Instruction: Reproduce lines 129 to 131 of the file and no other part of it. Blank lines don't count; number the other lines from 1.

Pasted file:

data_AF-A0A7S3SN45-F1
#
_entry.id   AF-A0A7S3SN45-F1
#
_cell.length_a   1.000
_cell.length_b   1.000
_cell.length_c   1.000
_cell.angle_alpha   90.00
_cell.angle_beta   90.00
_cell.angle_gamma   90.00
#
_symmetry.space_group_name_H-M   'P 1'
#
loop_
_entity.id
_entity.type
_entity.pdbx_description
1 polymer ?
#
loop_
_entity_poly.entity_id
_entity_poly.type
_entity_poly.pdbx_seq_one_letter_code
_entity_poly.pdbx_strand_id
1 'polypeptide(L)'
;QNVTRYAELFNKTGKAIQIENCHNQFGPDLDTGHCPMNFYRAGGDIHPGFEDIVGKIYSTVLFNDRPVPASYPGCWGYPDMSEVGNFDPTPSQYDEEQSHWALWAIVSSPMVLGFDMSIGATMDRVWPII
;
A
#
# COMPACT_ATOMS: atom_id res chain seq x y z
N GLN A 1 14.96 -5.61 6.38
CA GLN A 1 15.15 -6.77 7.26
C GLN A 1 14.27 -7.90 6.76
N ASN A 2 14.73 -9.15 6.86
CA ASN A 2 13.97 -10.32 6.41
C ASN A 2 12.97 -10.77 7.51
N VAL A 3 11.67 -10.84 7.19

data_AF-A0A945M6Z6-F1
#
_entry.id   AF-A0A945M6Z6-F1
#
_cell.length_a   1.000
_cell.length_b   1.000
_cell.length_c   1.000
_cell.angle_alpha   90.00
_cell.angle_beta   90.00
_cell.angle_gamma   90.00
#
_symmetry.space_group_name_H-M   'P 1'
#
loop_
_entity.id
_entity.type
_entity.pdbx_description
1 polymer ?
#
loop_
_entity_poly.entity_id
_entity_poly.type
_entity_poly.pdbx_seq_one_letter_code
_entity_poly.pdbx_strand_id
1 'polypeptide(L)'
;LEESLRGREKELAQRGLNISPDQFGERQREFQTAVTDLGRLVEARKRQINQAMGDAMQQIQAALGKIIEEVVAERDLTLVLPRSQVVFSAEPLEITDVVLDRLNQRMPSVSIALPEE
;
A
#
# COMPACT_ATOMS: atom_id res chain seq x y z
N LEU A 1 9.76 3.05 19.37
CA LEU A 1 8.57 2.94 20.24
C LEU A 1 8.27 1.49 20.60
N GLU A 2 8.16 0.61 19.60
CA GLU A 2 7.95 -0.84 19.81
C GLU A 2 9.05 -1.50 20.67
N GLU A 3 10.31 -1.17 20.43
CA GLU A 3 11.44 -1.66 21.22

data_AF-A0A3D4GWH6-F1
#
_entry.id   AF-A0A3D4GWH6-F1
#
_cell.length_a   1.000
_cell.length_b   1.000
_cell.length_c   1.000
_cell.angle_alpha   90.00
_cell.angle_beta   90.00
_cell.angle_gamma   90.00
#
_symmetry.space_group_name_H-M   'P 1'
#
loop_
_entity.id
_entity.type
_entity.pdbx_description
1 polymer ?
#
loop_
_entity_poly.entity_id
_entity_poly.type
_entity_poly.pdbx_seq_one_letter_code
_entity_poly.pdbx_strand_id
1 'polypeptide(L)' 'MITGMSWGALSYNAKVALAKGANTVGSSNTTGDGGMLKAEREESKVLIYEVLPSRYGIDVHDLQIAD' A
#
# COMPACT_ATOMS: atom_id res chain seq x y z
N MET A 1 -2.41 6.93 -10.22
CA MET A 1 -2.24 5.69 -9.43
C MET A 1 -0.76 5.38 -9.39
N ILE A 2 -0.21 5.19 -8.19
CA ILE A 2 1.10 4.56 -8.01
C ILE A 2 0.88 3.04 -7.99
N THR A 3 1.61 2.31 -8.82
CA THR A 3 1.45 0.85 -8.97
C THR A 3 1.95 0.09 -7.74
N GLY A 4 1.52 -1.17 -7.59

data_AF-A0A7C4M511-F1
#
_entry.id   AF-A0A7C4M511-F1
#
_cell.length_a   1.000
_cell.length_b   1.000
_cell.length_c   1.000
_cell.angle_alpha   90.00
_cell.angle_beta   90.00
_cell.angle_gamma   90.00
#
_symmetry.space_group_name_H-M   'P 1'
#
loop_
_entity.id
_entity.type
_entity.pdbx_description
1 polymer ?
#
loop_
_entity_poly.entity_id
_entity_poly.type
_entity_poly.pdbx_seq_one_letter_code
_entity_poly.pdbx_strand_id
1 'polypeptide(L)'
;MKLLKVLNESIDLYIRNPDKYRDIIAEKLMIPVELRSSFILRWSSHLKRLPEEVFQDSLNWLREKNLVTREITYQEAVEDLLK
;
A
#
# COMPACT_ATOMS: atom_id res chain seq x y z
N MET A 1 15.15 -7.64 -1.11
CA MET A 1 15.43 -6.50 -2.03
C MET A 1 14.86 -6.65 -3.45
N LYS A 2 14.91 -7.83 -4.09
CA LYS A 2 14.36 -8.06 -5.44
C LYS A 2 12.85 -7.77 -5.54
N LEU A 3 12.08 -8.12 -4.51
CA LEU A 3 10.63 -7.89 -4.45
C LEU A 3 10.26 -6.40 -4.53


_entity.pdbx_description
1 polymer ?
#